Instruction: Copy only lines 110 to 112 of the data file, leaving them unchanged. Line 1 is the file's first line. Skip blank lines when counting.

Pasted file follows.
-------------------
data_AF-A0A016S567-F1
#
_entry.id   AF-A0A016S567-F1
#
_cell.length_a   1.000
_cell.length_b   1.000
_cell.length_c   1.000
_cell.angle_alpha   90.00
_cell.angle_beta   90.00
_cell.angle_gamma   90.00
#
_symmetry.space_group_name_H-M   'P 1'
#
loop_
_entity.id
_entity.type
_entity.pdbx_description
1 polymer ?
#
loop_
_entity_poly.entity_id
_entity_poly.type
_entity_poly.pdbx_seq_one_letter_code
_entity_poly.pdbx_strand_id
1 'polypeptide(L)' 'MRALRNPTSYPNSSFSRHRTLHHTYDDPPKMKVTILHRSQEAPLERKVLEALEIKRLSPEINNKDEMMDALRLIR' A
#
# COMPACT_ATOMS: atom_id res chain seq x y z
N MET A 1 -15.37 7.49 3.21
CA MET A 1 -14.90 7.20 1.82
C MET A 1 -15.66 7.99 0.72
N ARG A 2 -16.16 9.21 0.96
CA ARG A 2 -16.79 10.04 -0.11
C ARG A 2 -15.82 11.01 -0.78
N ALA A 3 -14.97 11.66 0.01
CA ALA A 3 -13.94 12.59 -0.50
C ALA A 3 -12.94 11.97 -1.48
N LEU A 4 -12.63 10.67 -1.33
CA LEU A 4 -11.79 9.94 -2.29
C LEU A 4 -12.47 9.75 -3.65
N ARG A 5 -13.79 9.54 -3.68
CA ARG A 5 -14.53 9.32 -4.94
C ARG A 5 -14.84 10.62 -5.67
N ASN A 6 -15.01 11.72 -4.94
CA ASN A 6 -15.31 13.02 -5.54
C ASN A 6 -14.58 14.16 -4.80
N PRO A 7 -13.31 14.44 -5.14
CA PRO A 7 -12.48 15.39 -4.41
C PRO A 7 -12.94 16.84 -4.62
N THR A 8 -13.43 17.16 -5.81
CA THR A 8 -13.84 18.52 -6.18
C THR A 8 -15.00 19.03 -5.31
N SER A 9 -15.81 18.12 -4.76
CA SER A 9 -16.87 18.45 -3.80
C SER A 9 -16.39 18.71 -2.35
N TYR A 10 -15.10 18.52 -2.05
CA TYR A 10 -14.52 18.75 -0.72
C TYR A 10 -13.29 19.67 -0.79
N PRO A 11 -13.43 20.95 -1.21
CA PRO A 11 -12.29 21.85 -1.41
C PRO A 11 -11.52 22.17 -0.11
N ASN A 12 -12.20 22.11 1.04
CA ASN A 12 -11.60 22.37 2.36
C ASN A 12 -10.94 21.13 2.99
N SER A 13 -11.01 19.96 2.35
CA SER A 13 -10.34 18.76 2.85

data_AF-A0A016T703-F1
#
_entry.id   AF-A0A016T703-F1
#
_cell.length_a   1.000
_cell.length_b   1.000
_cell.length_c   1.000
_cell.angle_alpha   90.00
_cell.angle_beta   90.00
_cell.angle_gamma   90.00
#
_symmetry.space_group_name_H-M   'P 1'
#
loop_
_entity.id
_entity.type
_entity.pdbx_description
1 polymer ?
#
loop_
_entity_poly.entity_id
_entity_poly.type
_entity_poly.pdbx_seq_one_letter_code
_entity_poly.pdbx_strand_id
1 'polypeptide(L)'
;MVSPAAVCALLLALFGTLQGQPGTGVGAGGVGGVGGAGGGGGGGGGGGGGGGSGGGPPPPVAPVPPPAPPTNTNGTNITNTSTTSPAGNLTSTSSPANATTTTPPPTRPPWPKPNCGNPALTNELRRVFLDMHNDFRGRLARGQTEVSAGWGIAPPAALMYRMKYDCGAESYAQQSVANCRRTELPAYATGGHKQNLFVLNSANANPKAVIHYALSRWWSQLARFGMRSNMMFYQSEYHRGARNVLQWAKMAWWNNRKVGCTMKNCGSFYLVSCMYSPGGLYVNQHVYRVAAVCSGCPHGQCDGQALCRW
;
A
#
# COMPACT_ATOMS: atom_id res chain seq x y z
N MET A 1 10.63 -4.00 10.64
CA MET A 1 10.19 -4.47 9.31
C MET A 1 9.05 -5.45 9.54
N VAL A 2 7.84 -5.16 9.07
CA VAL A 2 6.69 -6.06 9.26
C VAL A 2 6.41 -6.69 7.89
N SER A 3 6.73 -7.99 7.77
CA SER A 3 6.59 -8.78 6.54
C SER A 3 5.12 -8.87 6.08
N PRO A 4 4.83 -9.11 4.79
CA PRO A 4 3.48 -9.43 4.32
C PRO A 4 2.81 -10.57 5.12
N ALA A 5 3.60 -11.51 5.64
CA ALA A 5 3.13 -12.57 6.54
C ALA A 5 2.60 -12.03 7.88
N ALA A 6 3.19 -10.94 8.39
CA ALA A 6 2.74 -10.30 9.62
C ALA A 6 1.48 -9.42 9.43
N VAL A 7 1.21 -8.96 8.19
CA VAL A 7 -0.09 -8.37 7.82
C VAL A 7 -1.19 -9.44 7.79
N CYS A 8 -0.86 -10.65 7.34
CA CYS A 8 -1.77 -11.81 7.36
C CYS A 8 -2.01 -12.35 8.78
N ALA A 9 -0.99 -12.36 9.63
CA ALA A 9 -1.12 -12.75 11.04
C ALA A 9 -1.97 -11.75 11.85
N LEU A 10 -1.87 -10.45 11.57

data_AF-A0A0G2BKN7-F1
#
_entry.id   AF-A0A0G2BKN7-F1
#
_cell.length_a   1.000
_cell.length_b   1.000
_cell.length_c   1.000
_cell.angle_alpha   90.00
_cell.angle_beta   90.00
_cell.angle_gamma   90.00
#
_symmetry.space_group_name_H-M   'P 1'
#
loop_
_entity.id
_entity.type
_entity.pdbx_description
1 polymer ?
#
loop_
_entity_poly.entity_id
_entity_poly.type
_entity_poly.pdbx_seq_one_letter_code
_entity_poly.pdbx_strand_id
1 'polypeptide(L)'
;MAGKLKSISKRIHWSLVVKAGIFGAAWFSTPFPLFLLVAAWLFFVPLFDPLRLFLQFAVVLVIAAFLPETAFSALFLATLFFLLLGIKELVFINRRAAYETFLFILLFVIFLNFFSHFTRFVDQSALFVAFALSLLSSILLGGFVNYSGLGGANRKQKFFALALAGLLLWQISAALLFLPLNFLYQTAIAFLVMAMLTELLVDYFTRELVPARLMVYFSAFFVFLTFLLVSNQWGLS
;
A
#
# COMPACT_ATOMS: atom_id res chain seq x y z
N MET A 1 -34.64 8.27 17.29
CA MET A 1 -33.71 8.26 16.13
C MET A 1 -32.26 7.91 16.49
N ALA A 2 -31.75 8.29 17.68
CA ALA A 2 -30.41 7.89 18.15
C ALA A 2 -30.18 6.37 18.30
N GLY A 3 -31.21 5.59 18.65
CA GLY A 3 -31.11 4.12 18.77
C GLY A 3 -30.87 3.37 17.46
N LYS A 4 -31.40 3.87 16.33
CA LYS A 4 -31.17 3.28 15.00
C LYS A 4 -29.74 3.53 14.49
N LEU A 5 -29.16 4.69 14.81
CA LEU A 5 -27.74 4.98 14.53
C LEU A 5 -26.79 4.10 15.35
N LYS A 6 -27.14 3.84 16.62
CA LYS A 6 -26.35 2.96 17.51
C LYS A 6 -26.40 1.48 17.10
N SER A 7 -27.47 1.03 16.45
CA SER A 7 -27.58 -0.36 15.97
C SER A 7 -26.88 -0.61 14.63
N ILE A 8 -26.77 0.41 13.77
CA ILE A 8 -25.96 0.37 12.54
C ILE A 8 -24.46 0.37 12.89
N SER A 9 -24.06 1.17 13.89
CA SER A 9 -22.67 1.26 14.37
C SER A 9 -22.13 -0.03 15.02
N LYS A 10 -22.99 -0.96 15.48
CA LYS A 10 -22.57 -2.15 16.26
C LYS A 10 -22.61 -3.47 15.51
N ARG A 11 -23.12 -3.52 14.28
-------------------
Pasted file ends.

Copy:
C ALA A 5 2.60 -12.03 7.88
N ALA A 6 3.19 -10.94 8.39
CA ALA A 6 2.74 -10.30 9.62